In the EPA's 121 page draft report released on December 8, 2011 EPA officials stated that the contamination near the town of Pavilion, Wyoming "had most likely seeped up from gas wells and contained at least 10 compounds known to be used in frack fluids."
See article links:
Doddridge and surrounding counties in North Central WV are at the front end of Marcellus drilling and in good position to offer researchers the opportunity to come here and get those baselines that the industry touts aren't there. Researchers will be coming to this area soon to get those baselines. (More on that in coming weeks.)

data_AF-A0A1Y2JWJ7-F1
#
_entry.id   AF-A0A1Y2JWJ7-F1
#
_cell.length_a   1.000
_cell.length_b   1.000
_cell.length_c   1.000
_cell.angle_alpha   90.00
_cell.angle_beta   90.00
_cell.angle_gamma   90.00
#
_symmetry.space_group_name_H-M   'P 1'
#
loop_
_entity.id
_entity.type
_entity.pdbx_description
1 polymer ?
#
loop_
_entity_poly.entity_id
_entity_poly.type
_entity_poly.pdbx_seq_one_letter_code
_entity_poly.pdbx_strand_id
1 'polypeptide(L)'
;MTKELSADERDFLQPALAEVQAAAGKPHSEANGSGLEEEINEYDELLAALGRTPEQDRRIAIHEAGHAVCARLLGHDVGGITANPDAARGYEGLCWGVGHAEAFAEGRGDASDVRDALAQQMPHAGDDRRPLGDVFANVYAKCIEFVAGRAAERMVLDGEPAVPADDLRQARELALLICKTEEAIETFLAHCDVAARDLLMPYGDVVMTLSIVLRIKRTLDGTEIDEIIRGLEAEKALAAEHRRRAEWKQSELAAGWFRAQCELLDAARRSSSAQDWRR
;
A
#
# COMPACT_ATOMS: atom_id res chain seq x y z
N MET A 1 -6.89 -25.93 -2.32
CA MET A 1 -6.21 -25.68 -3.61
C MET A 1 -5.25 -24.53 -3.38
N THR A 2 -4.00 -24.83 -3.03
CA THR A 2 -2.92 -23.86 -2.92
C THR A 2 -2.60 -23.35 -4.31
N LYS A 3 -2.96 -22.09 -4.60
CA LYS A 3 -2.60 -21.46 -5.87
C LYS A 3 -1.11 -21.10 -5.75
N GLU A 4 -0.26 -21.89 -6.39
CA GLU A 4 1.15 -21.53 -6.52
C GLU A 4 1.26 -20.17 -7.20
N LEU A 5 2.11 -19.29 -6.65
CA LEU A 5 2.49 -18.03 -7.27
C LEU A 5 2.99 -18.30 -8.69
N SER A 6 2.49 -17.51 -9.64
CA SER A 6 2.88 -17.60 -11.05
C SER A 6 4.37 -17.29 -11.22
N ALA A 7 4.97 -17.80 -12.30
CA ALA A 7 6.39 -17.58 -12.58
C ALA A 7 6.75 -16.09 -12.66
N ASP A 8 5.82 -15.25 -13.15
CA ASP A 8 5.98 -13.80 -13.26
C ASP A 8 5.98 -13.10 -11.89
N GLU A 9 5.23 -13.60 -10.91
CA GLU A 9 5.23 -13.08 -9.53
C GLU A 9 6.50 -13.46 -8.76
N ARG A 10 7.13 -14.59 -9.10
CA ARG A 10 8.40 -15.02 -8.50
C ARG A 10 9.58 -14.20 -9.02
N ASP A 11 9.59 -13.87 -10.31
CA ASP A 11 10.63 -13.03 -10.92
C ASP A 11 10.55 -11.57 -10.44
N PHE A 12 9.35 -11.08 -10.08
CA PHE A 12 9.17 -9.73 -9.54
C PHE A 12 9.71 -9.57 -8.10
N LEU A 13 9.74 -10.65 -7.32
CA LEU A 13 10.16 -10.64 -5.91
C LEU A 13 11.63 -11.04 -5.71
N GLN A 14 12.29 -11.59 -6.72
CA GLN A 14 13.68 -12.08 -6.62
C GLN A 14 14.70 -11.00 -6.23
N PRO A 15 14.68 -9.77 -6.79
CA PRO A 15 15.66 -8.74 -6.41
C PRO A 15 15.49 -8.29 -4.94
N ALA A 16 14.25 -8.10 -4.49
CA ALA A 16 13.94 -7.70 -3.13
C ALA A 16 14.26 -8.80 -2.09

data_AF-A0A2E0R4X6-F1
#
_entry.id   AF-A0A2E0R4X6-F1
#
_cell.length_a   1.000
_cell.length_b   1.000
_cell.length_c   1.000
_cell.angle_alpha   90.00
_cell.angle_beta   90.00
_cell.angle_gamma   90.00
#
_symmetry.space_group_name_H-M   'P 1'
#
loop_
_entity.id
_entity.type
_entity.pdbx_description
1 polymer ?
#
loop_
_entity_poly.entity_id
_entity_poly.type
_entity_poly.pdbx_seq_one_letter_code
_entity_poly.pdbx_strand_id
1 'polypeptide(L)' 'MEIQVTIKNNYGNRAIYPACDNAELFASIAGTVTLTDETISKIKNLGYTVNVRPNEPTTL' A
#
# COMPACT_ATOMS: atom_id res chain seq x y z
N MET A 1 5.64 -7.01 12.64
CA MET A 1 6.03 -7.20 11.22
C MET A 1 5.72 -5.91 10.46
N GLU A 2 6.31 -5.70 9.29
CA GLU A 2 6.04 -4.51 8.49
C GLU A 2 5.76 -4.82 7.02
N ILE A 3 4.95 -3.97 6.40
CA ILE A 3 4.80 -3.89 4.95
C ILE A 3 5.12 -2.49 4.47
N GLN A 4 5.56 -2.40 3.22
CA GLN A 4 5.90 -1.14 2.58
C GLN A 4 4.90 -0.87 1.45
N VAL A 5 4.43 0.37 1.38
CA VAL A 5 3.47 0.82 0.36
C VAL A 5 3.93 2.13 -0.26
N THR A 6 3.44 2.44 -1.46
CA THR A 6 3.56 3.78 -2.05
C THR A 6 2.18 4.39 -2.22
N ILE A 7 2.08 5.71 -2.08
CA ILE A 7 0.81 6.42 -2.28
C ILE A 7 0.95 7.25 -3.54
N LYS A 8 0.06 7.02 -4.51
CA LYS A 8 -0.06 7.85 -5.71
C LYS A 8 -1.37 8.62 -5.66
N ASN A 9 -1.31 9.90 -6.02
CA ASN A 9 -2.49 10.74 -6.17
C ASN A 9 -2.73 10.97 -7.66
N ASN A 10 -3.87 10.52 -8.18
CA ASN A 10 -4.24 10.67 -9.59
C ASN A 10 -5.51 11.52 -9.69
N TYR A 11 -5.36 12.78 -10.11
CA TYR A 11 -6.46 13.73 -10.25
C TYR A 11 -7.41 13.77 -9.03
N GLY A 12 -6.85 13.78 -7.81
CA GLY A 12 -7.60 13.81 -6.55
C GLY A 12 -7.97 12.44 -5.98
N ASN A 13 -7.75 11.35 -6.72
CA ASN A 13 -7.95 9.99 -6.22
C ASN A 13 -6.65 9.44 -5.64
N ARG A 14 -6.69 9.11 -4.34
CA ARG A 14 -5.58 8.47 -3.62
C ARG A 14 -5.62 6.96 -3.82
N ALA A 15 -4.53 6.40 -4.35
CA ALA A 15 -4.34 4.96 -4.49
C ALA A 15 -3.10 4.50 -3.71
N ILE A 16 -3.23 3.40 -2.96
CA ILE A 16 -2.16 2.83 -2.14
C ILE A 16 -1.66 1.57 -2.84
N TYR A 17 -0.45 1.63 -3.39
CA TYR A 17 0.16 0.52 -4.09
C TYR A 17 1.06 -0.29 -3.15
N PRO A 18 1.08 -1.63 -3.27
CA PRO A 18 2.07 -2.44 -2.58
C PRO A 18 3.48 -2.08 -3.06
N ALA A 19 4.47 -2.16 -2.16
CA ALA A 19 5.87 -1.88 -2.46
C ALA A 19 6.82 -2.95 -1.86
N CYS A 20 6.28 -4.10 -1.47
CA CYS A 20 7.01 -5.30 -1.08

In the meantime, ponder the notion that while a person has the right to use and enjoy their own property as they see fit, others have the right to use and enjoy their properties also ....and without harm from the other. And when people are harmed by a person's decision or action, everyone knows that any decent lawyer would easily be able to turn it into a liability issue.
No doubt there are some of those in the legal community who may be waiting on the sidelines for such opportunity, including some from out of state wanting to "set up shop" in WV for the benefit of landowners impacted by the drilling. Things could get very interesting around these parts in the future.